38Boutell v. Walling, 327 U.S. 463; Morris v. McComb, 332 U.S. 422; Skidmore v. John J. Casale, Inc., 160 F. 2d 527 (C.A. 2), certiorari denied 331 U.S. 812; Hertz Drivurself Stations v. United States, 150 F. 2d 923 (C.A. 8); Walling v. Sturm & Sons, Inc., 6 W.H. Cases 131 (D.N.J.) 10 Labor Cases (CCH) par. 62, 980.

As to exemptions from the overtime requirements for mechanics employed by motor carriers, see part 782 of this chapter. For exemptions applicable to retail or service establishments, see part 779 of this chapter.

39Slover v. Wathen, 140 F. 2d 258 (C.A. 4); Agosto v. Rocafort, 5 W.H. Cases 176 (D.P.R.), 9 Labor Cases (CCH) par. 62, 610; Cannon v. Miller, 155 F. 2d 500 (S. Ct. Wash.).

40Engebretson v. E. J. Albrecht Co., 150 F. 2d 602 (C.A. 7); Mid-Continent Petroleum Corp. v. Keen, 157 F. 2d 310 (C.A. 8); Walling v. Mutual Wholesale Food & Supply Co., 141 F. 2d 331 (C.A. 8); Walling v. Sondock, 132 F. 2d 77 (C.A. 5); certiorari denied 318 U.S. 772; Reliance Storage & Insp. Co. v. Hubbard, 50 F. Supp. 1012 (W.D. Va.); Walling v. Fox-Pelletier Detective Agency, 4 W.H. Cases 452 (W.D. Tenn. 1944); 8 Labor Cases (CCH) par. 62, 219; McComb v. Russell Co., 9 W.H. Cases 258 (D. Miss. 1949), 17 Labor Cases (CCH) par. 65, 519.

41Mornford v. Andrews, 151 F. 2d 511 (C.A. 5); Hargis v. Wabash R. Co. 163 F. 2d 607 (C.A. 7); Walling v. Atlantic Greyhound Corp., 61 F. Supp. 992 (E.D. S.C.); Rouch v. Continental Oil Co., 55 F. Supp. 315 (D. Kans.); see also Williams v. Jacksonville Terminal Co., 315 U.S. 386.

(c) On the other hand, work which is less immediately related to the functioning of instrumentalities of commerce than is the case in the foregoing examples may be too remote from interstate or foreign commerce to establish coverage on the ground that the employee performing it is “engaged in commerce.” This has been held true, for example, of a cook preparing meals for workmen who are repairing tracks over which interstate trains operate, 42 and of a porter caring for washrooms and lockers in a garage which is not an instrumentality of commerce, where trucks used both in intrastate and interstate commerce are serviced. 43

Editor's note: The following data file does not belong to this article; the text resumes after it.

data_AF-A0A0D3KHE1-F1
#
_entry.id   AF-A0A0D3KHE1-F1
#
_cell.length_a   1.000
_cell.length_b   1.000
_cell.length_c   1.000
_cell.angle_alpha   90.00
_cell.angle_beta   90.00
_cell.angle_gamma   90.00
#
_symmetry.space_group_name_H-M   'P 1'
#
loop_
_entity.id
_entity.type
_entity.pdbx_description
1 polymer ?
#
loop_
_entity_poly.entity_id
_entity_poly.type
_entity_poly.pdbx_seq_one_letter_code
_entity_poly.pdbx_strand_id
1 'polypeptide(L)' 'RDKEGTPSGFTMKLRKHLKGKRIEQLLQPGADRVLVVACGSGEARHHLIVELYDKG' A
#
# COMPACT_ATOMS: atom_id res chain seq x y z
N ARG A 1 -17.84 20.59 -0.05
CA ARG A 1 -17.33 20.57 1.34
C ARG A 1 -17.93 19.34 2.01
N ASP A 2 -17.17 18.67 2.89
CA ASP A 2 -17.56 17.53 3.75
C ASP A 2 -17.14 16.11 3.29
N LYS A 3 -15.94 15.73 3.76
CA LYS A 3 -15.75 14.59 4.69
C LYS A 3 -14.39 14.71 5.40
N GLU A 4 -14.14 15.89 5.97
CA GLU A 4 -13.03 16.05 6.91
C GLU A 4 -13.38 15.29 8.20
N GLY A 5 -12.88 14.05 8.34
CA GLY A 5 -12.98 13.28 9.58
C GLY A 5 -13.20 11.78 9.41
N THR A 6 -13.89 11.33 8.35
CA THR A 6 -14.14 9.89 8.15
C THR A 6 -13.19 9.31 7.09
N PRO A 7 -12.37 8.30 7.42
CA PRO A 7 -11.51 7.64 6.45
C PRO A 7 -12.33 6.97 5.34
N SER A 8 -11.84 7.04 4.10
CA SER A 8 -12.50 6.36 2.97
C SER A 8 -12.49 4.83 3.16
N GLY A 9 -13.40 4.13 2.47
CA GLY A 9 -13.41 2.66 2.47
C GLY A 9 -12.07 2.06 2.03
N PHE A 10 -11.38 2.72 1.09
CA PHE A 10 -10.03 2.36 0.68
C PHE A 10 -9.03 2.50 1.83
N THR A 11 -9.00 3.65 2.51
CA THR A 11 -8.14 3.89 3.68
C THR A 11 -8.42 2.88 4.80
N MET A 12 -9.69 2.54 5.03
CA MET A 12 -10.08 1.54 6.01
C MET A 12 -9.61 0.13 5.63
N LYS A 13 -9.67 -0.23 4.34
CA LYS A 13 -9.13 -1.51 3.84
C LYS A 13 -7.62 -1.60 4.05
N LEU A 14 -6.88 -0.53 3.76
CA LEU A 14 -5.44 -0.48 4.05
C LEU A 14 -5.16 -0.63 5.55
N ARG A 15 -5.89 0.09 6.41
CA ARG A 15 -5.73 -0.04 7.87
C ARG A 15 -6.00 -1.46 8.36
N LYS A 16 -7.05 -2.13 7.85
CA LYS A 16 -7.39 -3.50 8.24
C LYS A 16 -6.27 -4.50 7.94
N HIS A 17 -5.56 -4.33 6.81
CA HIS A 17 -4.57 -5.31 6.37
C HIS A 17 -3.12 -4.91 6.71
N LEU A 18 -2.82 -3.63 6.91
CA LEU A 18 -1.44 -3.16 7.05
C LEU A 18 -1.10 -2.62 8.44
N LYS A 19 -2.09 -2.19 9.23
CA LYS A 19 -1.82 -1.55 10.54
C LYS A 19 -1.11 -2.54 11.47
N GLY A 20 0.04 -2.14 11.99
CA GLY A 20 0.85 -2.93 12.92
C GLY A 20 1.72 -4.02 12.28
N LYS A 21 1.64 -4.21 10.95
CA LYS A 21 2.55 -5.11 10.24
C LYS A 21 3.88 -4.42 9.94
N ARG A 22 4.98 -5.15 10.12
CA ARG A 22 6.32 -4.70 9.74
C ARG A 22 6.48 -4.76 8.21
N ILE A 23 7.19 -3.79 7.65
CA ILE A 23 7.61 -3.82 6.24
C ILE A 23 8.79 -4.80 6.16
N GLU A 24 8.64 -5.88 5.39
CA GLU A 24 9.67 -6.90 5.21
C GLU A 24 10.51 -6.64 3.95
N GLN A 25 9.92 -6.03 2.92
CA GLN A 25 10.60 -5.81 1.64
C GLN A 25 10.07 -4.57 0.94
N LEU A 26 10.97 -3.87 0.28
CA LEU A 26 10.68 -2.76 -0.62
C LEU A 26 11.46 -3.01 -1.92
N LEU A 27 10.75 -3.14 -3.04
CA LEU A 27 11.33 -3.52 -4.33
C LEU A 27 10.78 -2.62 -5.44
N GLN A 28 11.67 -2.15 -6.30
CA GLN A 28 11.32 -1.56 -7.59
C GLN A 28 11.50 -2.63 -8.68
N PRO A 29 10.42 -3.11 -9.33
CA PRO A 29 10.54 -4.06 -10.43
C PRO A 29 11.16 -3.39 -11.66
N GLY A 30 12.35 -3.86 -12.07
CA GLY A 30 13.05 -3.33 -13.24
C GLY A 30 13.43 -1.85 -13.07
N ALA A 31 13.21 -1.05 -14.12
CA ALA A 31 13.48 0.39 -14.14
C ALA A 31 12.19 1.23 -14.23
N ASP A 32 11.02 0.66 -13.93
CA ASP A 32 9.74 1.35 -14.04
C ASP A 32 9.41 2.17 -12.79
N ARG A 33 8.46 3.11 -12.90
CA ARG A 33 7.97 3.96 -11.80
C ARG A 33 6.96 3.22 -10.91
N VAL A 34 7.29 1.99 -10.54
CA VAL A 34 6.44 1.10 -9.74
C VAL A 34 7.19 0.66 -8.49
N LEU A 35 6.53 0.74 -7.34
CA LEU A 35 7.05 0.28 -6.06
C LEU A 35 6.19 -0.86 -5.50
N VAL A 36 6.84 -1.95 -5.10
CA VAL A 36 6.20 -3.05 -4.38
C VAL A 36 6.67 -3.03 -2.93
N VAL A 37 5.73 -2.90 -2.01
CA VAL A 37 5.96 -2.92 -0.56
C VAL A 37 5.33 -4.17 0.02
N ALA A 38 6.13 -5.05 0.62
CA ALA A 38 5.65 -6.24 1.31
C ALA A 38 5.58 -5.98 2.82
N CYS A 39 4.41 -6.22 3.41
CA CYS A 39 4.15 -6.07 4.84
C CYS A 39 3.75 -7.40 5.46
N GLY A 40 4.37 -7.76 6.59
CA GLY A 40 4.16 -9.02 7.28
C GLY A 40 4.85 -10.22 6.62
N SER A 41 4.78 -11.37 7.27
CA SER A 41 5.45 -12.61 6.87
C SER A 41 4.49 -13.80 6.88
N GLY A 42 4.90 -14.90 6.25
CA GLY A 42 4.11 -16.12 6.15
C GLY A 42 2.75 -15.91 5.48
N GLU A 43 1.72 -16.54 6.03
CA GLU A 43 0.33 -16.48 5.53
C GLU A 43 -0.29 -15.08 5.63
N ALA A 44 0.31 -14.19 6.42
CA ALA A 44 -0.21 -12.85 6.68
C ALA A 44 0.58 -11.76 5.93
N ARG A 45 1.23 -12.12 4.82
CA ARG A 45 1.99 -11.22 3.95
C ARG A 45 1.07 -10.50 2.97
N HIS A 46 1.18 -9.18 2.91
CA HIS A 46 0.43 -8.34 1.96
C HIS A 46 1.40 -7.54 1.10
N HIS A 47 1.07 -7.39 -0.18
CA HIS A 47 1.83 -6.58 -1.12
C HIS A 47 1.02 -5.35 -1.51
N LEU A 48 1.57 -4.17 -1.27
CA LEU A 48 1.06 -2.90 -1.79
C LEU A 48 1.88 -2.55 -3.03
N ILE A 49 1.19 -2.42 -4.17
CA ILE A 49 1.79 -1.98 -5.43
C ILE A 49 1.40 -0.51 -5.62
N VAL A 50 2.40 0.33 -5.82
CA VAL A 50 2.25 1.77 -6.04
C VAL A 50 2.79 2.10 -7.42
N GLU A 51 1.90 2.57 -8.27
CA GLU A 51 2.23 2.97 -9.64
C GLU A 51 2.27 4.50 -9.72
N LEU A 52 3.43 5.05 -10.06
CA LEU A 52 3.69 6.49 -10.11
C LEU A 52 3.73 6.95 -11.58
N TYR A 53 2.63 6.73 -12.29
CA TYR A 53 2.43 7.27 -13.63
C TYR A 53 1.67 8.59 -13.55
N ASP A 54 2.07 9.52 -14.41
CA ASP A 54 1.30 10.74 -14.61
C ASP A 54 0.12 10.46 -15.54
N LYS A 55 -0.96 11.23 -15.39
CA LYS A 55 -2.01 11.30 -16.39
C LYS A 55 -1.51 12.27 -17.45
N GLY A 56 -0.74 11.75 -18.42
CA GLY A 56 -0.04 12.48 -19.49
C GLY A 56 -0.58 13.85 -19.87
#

42McLeod v. Threlkeld, 319 U.S. 491.

43Skidmore v. John J. Casale, Inc., 160 F. 2d 527, certiorari denied 331 U.S. 812 (use in interstate commerce of trucks serviced was from 10 to 25 percent of total use).

(d) There are other situations in which employees are engaged “in commerce” and therefore within the coverage of the Act because they contribute directly to the movement of commerce by providing goods or facilities to be used or consumed by instrumentalities of commerce in the direct furtherance of their activities of transportation, communication, transmission, or other movement in interstate or foreign commerce. Thus, for example, employees are considered engaged “in commerce” where they provide to railroads, radio stations, airports, telephone exchanges, or other similar instrumentalities of commerce such things as electric energy, 44 steam, fuel, or water, which are required for the movement of the commerce carried by such instrumentalities. 45 Such work is “so related to the actual movement of commerce as to be considered an essential and indispensable part thereof, and without which it would be impeded or impaired.” 46

44New Mexico Public Service Co. v. Engel, 145 F. 2d 636 (C.A. 10); Walling v. Connecticut Co., 154 F. 2d 552 (C.A. 2).

45 Such employees would also be covered as engaged in the production of goods for commerce. See Lewis v. Florida Power & Light Co., 154 F. 2d 751 (C.A. 5); Walling v. Connecticut Co., 154 F. 2d 552 (C.A. 2); also § 776.21(b).

46New Mexico Public Service Co. v. Engel, 145 F. 2d 636, 640 (C.A. 10).